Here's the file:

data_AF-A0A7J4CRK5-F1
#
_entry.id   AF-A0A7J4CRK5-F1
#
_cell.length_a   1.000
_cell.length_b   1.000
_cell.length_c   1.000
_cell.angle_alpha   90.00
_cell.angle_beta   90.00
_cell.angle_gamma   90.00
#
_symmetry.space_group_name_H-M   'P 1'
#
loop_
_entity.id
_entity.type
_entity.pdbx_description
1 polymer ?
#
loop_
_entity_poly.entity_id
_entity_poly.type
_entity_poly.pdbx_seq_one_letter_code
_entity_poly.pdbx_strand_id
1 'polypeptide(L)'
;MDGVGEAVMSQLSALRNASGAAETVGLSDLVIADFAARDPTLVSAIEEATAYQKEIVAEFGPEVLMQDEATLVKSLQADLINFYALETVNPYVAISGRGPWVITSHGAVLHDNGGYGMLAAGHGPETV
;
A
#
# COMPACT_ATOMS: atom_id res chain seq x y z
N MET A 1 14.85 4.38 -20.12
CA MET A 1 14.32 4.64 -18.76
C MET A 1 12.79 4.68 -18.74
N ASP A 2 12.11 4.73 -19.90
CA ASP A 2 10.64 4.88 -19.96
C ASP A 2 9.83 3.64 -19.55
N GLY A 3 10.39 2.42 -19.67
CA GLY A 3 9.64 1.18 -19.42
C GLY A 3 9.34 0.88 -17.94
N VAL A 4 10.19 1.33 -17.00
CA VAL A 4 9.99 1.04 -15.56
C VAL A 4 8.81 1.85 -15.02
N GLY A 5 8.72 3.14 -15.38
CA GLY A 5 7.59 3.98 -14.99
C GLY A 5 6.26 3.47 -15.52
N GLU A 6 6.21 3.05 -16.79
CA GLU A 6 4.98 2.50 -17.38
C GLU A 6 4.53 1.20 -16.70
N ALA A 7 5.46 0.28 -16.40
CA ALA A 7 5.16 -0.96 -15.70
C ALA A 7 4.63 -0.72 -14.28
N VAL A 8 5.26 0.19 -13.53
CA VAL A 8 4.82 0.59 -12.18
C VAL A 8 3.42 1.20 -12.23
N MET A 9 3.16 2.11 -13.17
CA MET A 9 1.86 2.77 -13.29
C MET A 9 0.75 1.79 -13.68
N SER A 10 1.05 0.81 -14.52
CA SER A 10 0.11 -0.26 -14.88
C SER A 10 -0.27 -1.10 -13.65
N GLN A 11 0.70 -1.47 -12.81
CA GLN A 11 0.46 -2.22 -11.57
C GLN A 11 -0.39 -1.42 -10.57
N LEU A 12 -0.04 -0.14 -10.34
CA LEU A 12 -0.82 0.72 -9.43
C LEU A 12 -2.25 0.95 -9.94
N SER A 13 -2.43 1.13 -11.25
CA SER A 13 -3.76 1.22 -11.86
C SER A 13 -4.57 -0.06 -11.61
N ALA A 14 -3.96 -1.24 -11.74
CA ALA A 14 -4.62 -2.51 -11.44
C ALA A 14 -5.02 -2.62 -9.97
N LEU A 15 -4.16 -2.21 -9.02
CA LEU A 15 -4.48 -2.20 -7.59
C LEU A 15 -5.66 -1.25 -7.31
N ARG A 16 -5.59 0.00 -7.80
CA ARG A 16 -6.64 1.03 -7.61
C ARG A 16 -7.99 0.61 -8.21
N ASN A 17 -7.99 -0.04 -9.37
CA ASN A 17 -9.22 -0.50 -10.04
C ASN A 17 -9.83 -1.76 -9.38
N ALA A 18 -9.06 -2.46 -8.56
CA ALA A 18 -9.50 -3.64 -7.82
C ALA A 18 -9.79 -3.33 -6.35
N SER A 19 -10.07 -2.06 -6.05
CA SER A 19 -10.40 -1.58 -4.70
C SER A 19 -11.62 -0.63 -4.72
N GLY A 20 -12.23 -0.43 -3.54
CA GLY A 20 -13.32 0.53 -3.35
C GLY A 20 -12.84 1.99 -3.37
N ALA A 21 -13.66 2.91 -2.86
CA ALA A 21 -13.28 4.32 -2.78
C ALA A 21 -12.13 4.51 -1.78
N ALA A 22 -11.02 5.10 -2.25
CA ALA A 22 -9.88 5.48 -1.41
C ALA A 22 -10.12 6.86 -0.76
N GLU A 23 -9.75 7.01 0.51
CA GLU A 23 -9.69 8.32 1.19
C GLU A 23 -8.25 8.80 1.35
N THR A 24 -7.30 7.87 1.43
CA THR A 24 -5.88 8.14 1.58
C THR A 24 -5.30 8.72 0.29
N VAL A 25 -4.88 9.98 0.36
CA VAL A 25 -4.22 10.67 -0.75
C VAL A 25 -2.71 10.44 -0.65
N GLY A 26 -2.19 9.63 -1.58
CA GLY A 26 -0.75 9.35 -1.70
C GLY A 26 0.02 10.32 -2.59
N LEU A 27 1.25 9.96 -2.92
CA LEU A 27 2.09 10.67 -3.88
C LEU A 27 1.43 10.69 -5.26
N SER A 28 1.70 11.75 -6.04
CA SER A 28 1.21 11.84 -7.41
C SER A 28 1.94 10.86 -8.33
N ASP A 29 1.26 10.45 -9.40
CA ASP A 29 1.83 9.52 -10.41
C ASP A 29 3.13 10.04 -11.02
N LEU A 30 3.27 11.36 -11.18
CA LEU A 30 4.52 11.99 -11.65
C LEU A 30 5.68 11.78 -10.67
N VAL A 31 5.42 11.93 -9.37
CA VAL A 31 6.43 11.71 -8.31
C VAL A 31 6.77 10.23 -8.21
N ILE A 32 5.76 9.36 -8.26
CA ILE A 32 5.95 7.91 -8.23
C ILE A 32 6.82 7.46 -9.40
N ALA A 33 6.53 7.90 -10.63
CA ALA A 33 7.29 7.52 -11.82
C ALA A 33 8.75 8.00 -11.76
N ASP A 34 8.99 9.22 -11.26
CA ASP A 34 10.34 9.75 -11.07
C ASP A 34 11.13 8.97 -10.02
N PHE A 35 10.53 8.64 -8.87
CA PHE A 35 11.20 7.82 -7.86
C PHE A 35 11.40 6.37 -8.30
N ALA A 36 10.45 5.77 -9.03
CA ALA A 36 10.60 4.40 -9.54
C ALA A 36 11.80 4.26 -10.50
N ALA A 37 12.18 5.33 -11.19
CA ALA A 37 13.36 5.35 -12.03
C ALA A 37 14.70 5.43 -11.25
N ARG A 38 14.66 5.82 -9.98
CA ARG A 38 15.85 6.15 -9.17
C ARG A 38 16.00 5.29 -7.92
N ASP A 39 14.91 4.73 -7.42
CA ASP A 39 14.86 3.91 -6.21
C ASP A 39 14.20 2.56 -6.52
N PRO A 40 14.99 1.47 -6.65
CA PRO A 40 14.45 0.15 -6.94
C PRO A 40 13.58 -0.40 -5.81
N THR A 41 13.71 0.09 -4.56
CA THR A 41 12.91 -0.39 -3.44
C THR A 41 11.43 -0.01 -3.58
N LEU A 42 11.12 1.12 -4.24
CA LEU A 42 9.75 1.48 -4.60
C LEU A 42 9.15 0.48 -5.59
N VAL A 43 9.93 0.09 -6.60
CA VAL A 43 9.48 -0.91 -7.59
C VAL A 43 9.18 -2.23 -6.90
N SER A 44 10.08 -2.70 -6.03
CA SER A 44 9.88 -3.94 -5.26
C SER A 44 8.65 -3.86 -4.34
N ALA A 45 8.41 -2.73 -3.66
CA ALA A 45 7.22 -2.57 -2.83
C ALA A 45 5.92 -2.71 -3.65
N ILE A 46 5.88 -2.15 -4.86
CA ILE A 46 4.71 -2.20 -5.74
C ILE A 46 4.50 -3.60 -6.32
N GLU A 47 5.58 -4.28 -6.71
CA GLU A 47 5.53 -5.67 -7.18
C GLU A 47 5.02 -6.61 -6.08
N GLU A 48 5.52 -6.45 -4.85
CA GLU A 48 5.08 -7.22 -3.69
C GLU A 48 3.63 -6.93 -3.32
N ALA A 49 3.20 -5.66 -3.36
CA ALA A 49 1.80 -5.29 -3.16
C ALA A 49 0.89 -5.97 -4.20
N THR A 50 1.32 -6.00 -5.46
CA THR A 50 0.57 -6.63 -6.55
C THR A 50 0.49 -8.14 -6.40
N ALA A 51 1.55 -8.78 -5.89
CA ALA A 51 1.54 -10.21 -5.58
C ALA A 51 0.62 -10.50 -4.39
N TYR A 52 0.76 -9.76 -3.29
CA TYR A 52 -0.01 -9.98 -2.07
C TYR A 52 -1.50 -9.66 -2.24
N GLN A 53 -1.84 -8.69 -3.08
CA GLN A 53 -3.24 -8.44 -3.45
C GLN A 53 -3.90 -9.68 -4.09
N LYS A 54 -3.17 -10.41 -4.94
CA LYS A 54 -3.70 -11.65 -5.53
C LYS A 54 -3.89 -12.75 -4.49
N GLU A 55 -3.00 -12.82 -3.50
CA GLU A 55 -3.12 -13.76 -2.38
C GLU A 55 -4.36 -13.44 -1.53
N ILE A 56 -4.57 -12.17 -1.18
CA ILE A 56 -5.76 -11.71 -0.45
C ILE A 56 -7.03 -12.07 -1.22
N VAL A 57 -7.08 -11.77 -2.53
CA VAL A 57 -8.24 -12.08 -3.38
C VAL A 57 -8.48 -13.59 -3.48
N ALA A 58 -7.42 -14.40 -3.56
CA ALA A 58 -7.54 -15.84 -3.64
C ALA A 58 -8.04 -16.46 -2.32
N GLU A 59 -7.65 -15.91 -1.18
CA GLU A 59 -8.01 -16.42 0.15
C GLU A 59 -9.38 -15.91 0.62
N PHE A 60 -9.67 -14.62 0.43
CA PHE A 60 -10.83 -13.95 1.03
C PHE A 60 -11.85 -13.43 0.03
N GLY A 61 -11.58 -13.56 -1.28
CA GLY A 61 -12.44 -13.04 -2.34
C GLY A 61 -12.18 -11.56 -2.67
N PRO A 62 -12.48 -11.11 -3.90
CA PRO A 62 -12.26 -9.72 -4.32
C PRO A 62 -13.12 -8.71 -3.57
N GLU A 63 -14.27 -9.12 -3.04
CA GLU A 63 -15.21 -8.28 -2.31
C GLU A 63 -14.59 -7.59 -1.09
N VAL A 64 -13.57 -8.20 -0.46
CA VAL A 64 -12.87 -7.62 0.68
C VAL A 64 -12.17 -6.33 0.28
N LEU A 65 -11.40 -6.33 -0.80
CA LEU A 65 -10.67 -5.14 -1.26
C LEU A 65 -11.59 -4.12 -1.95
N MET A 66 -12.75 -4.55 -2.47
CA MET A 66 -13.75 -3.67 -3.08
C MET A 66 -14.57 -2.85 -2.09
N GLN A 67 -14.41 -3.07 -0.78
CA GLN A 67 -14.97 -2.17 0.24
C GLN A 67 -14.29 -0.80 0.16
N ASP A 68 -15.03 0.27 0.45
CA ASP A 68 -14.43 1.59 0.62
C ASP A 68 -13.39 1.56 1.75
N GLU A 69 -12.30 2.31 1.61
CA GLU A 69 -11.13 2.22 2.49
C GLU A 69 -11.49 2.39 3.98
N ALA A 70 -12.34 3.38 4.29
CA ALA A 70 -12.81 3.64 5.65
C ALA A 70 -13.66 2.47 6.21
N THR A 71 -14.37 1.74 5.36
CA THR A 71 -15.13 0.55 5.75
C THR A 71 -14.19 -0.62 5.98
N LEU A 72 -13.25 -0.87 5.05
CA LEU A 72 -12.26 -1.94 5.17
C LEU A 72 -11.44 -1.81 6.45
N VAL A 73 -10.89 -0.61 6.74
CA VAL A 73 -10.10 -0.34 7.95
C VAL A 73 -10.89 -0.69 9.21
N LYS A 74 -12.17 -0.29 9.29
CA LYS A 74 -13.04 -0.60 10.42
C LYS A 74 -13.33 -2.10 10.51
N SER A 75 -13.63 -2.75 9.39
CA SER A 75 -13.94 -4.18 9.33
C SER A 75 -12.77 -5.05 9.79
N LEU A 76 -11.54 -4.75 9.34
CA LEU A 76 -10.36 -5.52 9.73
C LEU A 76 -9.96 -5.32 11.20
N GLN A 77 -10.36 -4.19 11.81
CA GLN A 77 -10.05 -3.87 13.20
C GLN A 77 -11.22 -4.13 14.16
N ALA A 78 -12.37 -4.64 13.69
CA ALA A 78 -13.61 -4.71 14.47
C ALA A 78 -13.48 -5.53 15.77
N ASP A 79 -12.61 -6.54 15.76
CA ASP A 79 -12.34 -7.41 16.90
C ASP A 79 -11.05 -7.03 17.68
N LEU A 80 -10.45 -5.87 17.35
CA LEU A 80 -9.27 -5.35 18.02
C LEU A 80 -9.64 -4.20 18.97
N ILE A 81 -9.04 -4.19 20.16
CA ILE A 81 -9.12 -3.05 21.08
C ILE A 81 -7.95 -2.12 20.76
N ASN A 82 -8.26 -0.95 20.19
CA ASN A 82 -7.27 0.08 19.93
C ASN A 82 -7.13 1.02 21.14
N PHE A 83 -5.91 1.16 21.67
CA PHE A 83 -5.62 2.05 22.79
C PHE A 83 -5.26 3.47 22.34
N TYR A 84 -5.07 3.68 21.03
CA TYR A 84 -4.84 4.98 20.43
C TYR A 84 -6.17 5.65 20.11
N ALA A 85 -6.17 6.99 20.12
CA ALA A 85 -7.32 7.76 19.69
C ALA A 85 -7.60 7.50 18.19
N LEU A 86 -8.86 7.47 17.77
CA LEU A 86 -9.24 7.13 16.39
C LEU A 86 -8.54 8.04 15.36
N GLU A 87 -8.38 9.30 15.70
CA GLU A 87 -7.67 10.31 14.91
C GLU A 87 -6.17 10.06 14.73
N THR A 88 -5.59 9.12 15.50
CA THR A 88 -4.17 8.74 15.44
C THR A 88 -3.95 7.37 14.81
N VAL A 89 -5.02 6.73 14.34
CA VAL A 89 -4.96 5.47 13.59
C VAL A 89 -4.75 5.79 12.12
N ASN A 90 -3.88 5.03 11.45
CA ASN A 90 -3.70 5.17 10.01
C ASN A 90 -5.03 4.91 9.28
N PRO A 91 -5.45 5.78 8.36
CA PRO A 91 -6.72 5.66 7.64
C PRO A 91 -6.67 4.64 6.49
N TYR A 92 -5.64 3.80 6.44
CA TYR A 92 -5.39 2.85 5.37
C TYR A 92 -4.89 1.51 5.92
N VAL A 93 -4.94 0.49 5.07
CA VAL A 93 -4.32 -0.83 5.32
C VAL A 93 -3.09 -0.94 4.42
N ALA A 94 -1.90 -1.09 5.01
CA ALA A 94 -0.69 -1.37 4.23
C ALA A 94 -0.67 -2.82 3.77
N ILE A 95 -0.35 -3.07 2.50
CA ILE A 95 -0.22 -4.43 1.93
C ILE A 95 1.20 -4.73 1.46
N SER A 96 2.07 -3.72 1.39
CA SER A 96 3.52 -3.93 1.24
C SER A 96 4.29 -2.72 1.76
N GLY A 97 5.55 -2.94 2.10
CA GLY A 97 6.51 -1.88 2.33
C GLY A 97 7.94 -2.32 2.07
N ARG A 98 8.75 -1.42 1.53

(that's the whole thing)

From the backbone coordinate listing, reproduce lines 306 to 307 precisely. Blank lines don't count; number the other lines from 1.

C TYR A 92 -4.89 1.51 5.92
N VAL A 93 -4.94 0.49 5.07